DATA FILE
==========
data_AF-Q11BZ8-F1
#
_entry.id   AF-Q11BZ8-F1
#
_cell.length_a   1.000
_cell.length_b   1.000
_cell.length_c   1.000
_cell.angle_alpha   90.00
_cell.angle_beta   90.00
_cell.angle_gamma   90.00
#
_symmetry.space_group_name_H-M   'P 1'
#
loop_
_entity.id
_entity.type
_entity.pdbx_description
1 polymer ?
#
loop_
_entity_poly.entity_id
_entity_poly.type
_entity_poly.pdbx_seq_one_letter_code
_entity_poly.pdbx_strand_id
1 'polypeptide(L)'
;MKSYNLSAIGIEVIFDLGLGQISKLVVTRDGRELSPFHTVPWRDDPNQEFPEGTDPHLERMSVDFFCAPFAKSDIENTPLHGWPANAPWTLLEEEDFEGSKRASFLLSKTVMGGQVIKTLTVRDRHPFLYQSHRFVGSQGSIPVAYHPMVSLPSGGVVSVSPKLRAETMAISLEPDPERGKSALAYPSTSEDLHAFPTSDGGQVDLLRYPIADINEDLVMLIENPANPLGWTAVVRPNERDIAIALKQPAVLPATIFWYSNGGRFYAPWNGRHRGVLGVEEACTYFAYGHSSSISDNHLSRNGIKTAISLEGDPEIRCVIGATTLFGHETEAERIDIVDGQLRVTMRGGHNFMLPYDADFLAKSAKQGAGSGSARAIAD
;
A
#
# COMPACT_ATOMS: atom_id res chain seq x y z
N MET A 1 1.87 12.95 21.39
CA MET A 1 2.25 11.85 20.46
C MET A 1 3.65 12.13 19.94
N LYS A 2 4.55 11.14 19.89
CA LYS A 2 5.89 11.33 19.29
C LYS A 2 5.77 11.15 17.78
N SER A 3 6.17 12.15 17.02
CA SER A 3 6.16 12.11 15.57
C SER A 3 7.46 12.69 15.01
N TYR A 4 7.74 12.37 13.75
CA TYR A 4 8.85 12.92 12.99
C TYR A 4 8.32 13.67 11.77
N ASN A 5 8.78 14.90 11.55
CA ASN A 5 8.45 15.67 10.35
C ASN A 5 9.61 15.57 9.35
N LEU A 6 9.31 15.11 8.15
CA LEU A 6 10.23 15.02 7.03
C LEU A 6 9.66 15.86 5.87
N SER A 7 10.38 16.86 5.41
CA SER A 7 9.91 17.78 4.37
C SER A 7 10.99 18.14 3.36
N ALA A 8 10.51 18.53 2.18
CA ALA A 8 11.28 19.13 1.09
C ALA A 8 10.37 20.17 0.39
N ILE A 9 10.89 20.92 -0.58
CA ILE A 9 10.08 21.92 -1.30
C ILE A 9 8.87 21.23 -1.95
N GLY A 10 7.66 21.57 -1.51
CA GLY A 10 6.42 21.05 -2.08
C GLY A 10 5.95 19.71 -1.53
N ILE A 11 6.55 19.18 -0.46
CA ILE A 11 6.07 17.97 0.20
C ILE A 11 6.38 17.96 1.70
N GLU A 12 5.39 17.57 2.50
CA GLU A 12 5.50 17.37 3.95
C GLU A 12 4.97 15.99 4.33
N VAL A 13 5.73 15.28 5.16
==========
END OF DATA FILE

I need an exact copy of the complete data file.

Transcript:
data_AF-Q11BZ8-F1
#
_entry.id   AF-Q11BZ8-F1
#
_cell.length_a   1.000
_cell.length_b   1.000
_cell.length_c   1.000
_cell.angle_alpha   90.00
_cell.angle_beta   90.00
_cell.angle_gamma   90.00
#
_symmetry.space_group_name_H-M   'P 1'
#
loop_
_entity.id
_entity.type
_entity.pdbx_description
1 polymer ?
#
loop_
_entity_poly.entity_id
_entity_poly.type
_entity_poly.pdbx_seq_one_letter_code
_entity_poly.pdbx_strand_id
1 'polypeptide(L)'
;MKSYNLSAIGIEVIFDLGLGQISKLVVTRDGRELSPFHTVPWRDDPNQEFPEGTDPHLERMSVDFFCAPFAKSDIENTPLHGWPANAPWTLLEEEDFEGSKRASFLLSKTVMGGQVIKTLTVRDRHPFLYQSHRFVGSQGSIPVAYHPMVSLPSGGVVSVSPKLRAETMAISLEPDPERGKSALAYPSTSEDLHAFPTSDGGQVDLLRYPIADINEDLVMLIENPANPLGWTAVVRPNERDIAIALKQPAVLPATIFWYSNGGRFYAPWNGRHRGVLGVEEACTYFAYGHSSSISDNHLSRNGIKTAISLEGDPEIRCVIGATTLFGHETEAERIDIVDGQLRVTMRGGHNFMLPYDADFLAKSAKQGAGSGSARAIAD
;
A
#
# COMPACT_ATOMS: atom_id res chain seq x y z
N MET A 1 1.87 12.95 21.39
CA MET A 1 2.25 11.85 20.46
C MET A 1 3.65 12.13 19.94
N LYS A 2 4.55 11.14 19.89
CA LYS A 2 5.89 11.33 19.29
C LYS A 2 5.77 11.15 17.78
N SER A 3 6.17 12.15 17.02
CA SER A 3 6.16 12.11 15.57
C SER A 3 7.46 12.69 15.01
N TYR A 4 7.74 12.37 13.75
CA TYR A 4 8.85 12.92 12.99
C TYR A 4 8.32 13.67 11.77
N ASN A 5 8.78 14.90 11.55
CA ASN A 5 8.45 15.67 10.35
C ASN A 5 9.61 15.57 9.35
N LEU A 6 9.31 15.11 8.15
CA LEU A 6 10.23 15.02 7.03
C LEU A 6 9.66 15.86 5.87
N SER A 7 10.38 16.86 5.41
CA SER A 7 9.91 17.78 4.37
C SER A 7 10.99 18.14 3.36
N ALA A 8 10.51 18.53 2.18
CA ALA A 8 11.28 19.13 1.09
C ALA A 8 10.37 20.17 0.39
N ILE A 9 10.89 20.92 -0.58
CA ILE A 9 10.08 21.92 -1.30
C ILE A 9 8.87 21.23 -1.95
N GLY A 10 7.66 21.57 -1.51
CA GLY A 10 6.42 21.05 -2.08
C GLY A 10 5.95 19.71 -1.53
N ILE A 11 6.55 19.18 -0.46
CA ILE A 11 6.07 17.97 0.20
C ILE A 11 6.38 17.96 1.70
N GLU A 12 5.39 17.57 2.50
CA GLU A 12 5.50 17.37 3.95
C GLU A 12 4.97 15.99 4.33
N VAL A 13 5.73 15.28 5.16